This week, my prayer is that you find gratefulness in the little things that are truly big things to someone else. I pray that you say thank you to all of the “sandpaper” people in your office because they are making you smoother for your future. Find the moment. Dig for it if you have to. You don’t have to like it, but you may need to hold that “thank you item” in your hand to keep from crying or doing something destructive.
Have an awesome week out there. No stoking the fires, OK?
Hello, Sweethearts! I know it’s Thursday, but this one took some simmering… and you may be wondering where I’m going with those two letters. I’m going exactly where you think I am.
In the world of social sciences, there’s a term called emotional dishonesty. Various definitions exist for it, but in essence, it is when someone does not own up to their feelings or needs, yet s/he holds the other person accountable for the offense. This can manifest itself as passive, aggressive, or passive-aggressive behavior.
When I taught adult education communication courses, we would always engage in authentic and lively dialogue about relationships (platonic, professional, romantic, familial, and social). Every quarter, someone would attribute a lack of intimacy to dysfunctional communication. Every quarter, someone would tell me how lack of trust was the undercurrent in their relationship deterioration. After my first year of teaching, I learned to carve out two days in my lesson plan to discuss the conflict chapter because it always birthed the fruition of self-discovery among my students. The chapter also landed in the middle of the textbook, so by that point in the course, they usually displayed sharpened self-awareness and reframing skills. They were not only able to professionally assess and verbalize the conflict but also express ownership of its escalation which was often via emotional dishonesty. You can bet that made me one happy educator. 🙂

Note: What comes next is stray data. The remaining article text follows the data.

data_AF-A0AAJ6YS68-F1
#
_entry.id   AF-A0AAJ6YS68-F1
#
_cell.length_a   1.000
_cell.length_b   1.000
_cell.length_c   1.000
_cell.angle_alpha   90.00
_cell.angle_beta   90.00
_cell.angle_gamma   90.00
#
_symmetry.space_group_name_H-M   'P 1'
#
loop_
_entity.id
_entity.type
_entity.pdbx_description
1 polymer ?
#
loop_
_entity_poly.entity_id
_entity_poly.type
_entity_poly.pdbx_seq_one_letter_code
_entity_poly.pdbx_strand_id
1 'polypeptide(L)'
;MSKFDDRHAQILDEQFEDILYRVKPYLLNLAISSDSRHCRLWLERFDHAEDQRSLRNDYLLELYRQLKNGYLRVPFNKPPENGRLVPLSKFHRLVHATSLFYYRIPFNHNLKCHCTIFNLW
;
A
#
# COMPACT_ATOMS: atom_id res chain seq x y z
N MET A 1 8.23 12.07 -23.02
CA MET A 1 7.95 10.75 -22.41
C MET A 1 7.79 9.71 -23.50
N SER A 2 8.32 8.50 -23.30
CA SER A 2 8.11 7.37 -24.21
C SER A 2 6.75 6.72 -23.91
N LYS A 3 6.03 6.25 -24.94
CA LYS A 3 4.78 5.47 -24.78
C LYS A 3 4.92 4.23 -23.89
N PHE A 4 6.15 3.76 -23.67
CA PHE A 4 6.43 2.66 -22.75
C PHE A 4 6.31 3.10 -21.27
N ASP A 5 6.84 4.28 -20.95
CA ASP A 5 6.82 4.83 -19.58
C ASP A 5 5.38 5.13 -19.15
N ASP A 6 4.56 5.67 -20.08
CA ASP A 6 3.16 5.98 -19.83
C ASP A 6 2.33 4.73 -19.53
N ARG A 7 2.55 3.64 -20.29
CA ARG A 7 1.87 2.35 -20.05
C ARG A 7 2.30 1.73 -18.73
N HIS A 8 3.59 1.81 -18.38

To listen to a man say “I see it now. I’m not helping the situation.” To hear a woman say “Yeah, I don’t really listen to my kids. I need to do that more.” That was what kept the blood flowing in my teaching career. That is what produced life within those four walls and fortified adults to engage in healthy relationships of all kinds.
Speaking of blood flow… let’s talk about that ED.
When a man experiences erectile dysfunction, it can be emotionally crippling. He may not be able to communicate how emasculated he feels and his behavior can be misunderstood and misdirected toward his partner. Multiple factors can cause ED and one of them is decreased blood flow.
How interesting it is that a lack of life in one area can be the cause of death in another? If blood is not allowed to flow and recycle through our bodies, we experience death. Then again, there are two types of death… two organs that are vital comrades in the cessation of life – the brain and the heart. I believe the effects of dysfunctional communication resemble the intimacy breakdown that can occur from ED. Emotional Dishonesty can lead to Emotional Dysfunction. One deters the physical production of life while the other deters the flow of spiritual exchange. In both instances, there’s a broken piece – trust.